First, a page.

Into the Mountain
In the 1930s Nan Shepherd was one of Scotland’s best-known writers. Three novels, The Quarry Wood, The Weatherhouse and A Pass in the Grampians – as well as a volume of poetry, In the Cairngorms – were all published between 1928 and 1934 while she was in her 30s. These books established her reputation as one of the most highly respected members of the Scottish Modernist movement.
Then, much later, in 1977, came The Living Mountain, a short but powerful reflection on her experiences walking in the Cairngorms – a book which was immediately described as a masterpiece by some of the original reviewers. Incredibly, the manuscript of The Living Mountain had been in Nan’s drawer since the 1940s when she first wrote it. It is now a widely read classic. But just as the manuscript had lain unpublished for all those years, it wasn’t really until ten years ago that the genius of this book was truly discovered when it was re-published with an introductory essay by Robert Macfarlane. Nan died in 1981 before any of this later success took place.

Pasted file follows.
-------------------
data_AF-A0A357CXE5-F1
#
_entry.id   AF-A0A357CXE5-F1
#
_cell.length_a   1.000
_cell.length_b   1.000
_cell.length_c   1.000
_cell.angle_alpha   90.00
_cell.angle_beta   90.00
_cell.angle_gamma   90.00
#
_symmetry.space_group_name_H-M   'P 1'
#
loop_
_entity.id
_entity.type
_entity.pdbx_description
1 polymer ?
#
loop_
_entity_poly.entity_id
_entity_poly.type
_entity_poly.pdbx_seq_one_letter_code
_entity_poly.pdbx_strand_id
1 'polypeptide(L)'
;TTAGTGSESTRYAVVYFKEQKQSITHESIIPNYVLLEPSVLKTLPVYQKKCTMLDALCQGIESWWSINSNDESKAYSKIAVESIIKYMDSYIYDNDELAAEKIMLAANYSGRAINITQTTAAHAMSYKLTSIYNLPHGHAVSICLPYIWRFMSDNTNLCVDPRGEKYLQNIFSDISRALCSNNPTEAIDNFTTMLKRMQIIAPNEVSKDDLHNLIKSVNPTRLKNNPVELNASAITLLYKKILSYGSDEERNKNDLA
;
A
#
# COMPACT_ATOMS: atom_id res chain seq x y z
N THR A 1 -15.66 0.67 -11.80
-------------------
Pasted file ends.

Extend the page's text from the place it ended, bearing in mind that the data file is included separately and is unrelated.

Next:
Nan Shepherd was an intensely private woman. But the author of this first biography, Charlotte Peacock, has been as successful in finding her way into the life of her subject as was Nan herself, in her words, in “finding her way into the mountains”. She has had unparalleled access to all of Nan’s archives and to her remaining friends and acquaintances. This biography also provides its readers with both a superbly crafted social portrait of North East Scotland in the early 20th century and a first-rate account of the Scottish literary scene and its key figures, such as Neil Gunn and Hugh MacDiarmid, during those years.
Into the Mountain unravels the mysteries of this enigmatic writer and in doing so brings her vividly to life. The book is a beautifully written and highly accessible biography of Nan that will surely lead an even wider audience to her in the years to come.